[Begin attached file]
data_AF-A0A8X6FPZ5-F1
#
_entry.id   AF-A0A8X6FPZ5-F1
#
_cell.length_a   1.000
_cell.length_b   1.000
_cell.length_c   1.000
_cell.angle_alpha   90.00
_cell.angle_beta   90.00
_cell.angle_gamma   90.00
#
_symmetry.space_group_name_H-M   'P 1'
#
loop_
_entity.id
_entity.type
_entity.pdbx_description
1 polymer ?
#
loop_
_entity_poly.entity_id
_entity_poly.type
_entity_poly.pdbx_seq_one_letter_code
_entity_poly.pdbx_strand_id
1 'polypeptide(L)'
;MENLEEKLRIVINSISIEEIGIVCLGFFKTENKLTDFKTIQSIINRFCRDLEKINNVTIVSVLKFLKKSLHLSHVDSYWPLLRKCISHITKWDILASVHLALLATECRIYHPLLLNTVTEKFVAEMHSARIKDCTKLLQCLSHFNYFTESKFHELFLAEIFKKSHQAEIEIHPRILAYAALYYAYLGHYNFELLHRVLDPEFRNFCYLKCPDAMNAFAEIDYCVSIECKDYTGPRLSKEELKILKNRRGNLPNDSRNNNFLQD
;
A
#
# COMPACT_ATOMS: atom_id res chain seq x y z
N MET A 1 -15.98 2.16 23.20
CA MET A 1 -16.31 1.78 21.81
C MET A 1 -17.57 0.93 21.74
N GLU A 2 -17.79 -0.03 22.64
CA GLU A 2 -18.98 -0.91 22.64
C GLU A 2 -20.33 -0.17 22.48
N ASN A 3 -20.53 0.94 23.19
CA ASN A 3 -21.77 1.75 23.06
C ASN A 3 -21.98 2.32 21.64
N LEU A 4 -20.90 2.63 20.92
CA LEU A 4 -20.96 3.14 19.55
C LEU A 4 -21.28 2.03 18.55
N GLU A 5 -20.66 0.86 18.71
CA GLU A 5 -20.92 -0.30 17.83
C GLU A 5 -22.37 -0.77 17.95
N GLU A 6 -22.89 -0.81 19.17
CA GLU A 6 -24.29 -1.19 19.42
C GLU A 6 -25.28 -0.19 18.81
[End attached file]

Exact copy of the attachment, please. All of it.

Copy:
data_AF-A0A8X6FPZ5-F1
#
_entry.id   AF-A0A8X6FPZ5-F1
#
_cell.length_a   1.000
_cell.length_b   1.000
_cell.length_c   1.000
_cell.angle_alpha   90.00
_cell.angle_beta   90.00
_cell.angle_gamma   90.00
#
_symmetry.space_group_name_H-M   'P 1'
#
loop_
_entity.id
_entity.type
_entity.pdbx_description
1 polymer ?
#
loop_
_entity_poly.entity_id
_entity_poly.type
_entity_poly.pdbx_seq_one_letter_code
_entity_poly.pdbx_strand_id
1 'polypeptide(L)'
;MENLEEKLRIVINSISIEEIGIVCLGFFKTENKLTDFKTIQSIINRFCRDLEKINNVTIVSVLKFLKKSLHLSHVDSYWPLLRKCISHITKWDILASVHLALLATECRIYHPLLLNTVTEKFVAEMHSARIKDCTKLLQCLSHFNYFTESKFHELFLAEIFKKSHQAEIEIHPRILAYAALYYAYLGHYNFELLHRVLDPEFRNFCYLKCPDAMNAFAEIDYCVSIECKDYTGPRLSKEELKILKNRRGNLPNDSRNNNFLQD
;
A
#
# COMPACT_ATOMS: atom_id res chain seq x y z
N MET A 1 -15.98 2.16 23.20
CA MET A 1 -16.31 1.78 21.81
C MET A 1 -17.57 0.93 21.74
N GLU A 2 -17.79 -0.03 22.64
CA GLU A 2 -18.98 -0.91 22.64
C GLU A 2 -20.33 -0.17 22.48
N ASN A 3 -20.53 0.94 23.19
CA ASN A 3 -21.77 1.75 23.06
C ASN A 3 -21.98 2.32 21.64
N LEU A 4 -20.90 2.63 20.92
CA LEU A 4 -20.96 3.14 19.55
C LEU A 4 -21.28 2.03 18.55
N GLU A 5 -20.66 0.86 18.71
CA GLU A 5 -20.92 -0.30 17.83
C GLU A 5 -22.37 -0.77 17.95
N GLU A 6 -22.89 -0.81 19.17
CA GLU A 6 -24.29 -1.19 19.42
C GLU A 6 -25.28 -0.19 18.81